The box laid open before them, its contents visible for the first time in a thousand years.
Rayna let out a long, sharp whistle at the sight of the emerald-green slabs of discs that were stacked on top of each other within the box. Some of them had visible cracks, and some of them were downright broken into pieces, but there was no doubt about the price that they would fetch in the marketplace.
‘Look at this beauty,’ she said with amazement, lifting one jade disc the size of her palm out of the box. ‘The lost treasure – the one that never made it back to the Emperor Xuande. I mean, I can’t read these inscriptions, but I’m damn sure that it’s well-wishes of some sort to the emperor himself, kinda like a greeting card, y’know what I mean?’
He honestly didn’t.
She flipped the jade disc around, examining it from every angle. Her fingers lightly traced the edges, a look of breathtaken awe upon her face. It was hard to tell in the harsh sunlight, but there were chinese characters embossed from the smooth green surface, surrounding a square hole in the center of the disc.
‘This,’ she held the disc up for the Swordsman to see. ‘This, if you sell it right, will feed you for the rest of your life. Consider it my gift to you, y’know, for what you did on the airship and all. Ah hell, take another one – there’s plenty to go around!’
With that, she brought out another jade disc from the box and tossed them both over, and he caught them. ‘What am I to do with these things?’ he asked.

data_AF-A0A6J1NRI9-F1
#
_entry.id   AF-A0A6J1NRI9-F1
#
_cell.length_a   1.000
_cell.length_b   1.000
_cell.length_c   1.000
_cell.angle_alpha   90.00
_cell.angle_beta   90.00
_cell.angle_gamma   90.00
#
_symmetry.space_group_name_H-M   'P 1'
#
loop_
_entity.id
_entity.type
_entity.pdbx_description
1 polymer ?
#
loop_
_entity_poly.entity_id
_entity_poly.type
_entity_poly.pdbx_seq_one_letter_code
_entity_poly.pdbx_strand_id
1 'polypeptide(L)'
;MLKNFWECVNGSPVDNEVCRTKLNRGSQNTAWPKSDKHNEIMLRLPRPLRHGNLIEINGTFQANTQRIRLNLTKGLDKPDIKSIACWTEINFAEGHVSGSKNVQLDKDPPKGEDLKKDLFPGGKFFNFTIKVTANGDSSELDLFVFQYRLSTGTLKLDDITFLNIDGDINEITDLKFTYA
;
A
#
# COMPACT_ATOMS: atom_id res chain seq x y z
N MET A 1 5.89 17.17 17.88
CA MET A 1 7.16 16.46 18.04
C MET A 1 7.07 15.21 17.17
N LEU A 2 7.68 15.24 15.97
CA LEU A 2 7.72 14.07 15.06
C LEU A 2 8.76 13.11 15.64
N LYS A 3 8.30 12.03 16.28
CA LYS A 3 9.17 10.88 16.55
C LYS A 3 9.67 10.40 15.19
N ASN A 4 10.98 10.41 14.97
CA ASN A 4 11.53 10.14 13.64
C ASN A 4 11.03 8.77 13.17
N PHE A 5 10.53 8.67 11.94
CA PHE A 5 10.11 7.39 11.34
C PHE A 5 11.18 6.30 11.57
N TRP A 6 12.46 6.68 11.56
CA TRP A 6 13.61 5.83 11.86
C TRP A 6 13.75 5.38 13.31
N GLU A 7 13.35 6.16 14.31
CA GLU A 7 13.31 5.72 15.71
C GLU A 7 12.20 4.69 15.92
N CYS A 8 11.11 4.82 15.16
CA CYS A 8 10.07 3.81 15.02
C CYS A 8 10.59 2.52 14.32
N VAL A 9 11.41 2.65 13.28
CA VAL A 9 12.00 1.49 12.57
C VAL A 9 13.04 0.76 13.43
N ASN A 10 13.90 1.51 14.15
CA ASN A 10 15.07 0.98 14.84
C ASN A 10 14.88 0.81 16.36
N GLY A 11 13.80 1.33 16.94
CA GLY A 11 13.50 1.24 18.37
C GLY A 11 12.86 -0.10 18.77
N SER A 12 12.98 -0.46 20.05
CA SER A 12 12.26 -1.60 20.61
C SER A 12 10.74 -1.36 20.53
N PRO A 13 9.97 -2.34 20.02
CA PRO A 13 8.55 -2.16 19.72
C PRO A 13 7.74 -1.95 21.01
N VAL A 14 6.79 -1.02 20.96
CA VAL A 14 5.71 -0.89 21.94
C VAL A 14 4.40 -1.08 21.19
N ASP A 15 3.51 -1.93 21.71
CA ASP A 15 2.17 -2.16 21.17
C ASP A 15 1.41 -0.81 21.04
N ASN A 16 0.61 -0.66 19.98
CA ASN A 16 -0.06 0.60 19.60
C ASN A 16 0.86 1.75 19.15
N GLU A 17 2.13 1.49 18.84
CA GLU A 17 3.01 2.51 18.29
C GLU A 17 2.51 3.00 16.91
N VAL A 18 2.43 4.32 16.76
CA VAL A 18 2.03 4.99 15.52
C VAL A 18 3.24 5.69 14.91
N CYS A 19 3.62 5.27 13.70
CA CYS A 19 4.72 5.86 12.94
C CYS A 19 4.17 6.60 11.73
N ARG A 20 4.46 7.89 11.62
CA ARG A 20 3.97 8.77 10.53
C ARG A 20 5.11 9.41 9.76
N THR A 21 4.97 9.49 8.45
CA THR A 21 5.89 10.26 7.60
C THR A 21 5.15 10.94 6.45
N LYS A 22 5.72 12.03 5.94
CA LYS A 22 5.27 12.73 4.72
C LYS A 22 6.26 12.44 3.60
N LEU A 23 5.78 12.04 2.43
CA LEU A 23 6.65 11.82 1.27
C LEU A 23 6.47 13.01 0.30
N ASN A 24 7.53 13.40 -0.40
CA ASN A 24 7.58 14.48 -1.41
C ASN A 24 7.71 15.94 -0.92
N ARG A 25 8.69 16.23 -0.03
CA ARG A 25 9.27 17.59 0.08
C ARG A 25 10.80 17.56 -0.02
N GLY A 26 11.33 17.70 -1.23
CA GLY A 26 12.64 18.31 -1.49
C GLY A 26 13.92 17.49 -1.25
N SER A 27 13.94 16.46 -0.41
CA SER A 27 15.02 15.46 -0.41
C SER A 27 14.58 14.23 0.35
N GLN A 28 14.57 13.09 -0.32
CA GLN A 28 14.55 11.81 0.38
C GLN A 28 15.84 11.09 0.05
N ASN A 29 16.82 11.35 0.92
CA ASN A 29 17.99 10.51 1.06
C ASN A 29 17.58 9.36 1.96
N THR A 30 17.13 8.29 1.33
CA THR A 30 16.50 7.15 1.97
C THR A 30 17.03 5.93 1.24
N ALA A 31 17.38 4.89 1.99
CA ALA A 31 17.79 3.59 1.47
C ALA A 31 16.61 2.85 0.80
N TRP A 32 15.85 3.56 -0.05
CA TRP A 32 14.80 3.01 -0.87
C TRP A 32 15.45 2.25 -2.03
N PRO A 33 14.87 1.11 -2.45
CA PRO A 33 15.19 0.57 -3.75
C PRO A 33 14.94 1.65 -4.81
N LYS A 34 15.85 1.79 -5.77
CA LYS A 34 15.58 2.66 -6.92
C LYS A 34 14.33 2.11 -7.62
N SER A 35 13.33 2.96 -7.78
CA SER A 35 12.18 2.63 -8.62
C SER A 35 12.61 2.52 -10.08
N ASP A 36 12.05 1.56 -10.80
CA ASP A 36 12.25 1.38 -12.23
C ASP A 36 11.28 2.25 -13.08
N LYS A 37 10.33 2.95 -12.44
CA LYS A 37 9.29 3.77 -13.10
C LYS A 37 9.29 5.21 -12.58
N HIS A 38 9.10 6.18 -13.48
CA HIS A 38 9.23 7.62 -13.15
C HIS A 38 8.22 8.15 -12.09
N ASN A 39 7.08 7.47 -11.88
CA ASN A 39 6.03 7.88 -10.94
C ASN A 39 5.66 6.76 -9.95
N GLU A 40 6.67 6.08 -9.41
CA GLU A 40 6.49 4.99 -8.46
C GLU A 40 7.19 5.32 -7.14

‘Sell them,’ she said, ‘Decorate your wall at home with them, feed them to a crocodile. They’re yours now; do whatever the hell you want to do with them.’
‘I have no use for them,’ the Swordsman said. ‘They are nothing more than stones to me. Dead weight.’
Rayna, who had been busy choosing unbroken discs from the box, looked up at him. ‘Take my advice, Stubs,’ she said, ‘And keep them dead weight. You’ll thank me later on.’
He did in fact thank her later on for insisting that he kept the jade discs, though not for the reasons either one of them had imagined at that time.
‘Hurry up man, what’s taking so long?’
Damien glared daggers at Sonny, and this seemed to shut him up for now. Just to hammer the point in, Damien hissed through gritted teeth: ‘Shut. Up.’
His concentration was intense as he worked at the lock with the lockpick that he had torn out of the bottom of his jacket. He knew that he would need it one day, despite everyone else’s opinion that he was too paranoid for his own good. That day has finally come, and they can all swallow their words.
Better to have and don’t need than to need and don’t have.
He didn’t break the lock, but he had managed to unlatch it, which was kind of the same thing in the way that it suited his purpose. Damien carefully pushed against the gate, and it swung open with a creak.
‘Yeah!’ Sonny cheered from the cage opposite him. ‘Yeah, Damien! Come on, get me out of this thing and we can go and get them good!’
Damien briefly considered just leaving Sonny where he was. Sonny was, after all, less annoying when one couldn’t hear him speak. Ultimately deciding, however, that Sonny was more useful than annoying in light of the hijacking, Damien freed his lockpick from the keyhole and tossed them into Sonny’s cage.
‘Wha-? Hey – hey! Damien! Where you going? I don’t know how to do this thing?’
‘Figure it out,’ was all Damien said as he left the cargo hold.